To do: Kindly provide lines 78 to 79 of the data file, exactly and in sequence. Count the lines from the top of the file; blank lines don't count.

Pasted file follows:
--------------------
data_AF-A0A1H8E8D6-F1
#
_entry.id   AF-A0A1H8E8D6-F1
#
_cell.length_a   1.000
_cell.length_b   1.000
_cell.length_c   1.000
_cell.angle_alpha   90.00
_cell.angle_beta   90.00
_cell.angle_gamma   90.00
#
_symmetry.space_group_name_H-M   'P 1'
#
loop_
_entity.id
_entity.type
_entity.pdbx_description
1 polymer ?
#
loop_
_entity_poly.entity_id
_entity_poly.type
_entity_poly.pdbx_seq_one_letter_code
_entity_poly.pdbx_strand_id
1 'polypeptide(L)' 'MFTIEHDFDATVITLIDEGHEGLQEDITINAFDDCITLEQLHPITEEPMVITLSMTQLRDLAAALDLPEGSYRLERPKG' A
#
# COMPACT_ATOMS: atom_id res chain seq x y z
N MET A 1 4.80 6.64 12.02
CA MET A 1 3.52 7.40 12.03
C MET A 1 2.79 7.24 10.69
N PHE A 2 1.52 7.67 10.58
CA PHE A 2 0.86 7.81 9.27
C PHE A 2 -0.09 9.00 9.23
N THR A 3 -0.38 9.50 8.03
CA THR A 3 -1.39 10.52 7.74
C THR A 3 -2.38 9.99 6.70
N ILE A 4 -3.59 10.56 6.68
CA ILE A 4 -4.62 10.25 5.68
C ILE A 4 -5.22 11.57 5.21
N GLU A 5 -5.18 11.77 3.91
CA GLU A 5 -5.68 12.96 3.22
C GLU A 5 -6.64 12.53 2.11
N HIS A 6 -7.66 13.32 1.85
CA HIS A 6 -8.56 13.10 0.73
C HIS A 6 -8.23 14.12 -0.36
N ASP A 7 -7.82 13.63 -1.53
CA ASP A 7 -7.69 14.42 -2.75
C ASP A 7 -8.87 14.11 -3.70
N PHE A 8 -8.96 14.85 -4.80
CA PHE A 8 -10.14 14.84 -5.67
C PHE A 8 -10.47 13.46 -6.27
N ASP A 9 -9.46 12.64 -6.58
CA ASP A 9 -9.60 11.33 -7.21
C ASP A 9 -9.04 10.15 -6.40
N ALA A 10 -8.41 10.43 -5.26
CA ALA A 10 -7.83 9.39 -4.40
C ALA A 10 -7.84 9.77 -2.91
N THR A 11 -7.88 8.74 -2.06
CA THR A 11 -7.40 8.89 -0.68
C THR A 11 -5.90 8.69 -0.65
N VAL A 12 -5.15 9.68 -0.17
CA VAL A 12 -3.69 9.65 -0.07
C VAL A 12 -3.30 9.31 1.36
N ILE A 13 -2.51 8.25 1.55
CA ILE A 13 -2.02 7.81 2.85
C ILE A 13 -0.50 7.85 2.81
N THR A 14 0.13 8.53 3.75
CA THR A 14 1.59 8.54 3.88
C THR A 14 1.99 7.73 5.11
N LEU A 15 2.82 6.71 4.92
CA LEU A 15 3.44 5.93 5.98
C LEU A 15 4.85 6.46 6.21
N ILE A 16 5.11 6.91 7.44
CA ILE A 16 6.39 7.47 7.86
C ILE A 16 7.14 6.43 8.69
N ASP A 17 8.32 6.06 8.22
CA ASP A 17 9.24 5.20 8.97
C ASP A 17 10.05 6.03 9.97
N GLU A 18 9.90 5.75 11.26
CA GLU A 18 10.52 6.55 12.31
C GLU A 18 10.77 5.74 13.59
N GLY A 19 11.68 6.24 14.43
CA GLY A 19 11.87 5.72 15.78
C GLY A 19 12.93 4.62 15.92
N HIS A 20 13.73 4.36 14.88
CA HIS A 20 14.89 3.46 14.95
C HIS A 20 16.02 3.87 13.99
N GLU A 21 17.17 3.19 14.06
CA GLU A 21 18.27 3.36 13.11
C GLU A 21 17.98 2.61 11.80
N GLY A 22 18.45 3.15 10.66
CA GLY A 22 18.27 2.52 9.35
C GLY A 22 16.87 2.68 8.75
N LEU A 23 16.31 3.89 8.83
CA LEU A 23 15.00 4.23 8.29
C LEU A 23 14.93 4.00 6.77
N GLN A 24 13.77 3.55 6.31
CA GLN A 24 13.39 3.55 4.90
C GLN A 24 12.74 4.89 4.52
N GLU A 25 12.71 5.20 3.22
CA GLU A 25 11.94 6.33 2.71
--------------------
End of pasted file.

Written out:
C ASP A 17 10.05 6.03 9.97
N GLU A 18 9.90 5.75 11.26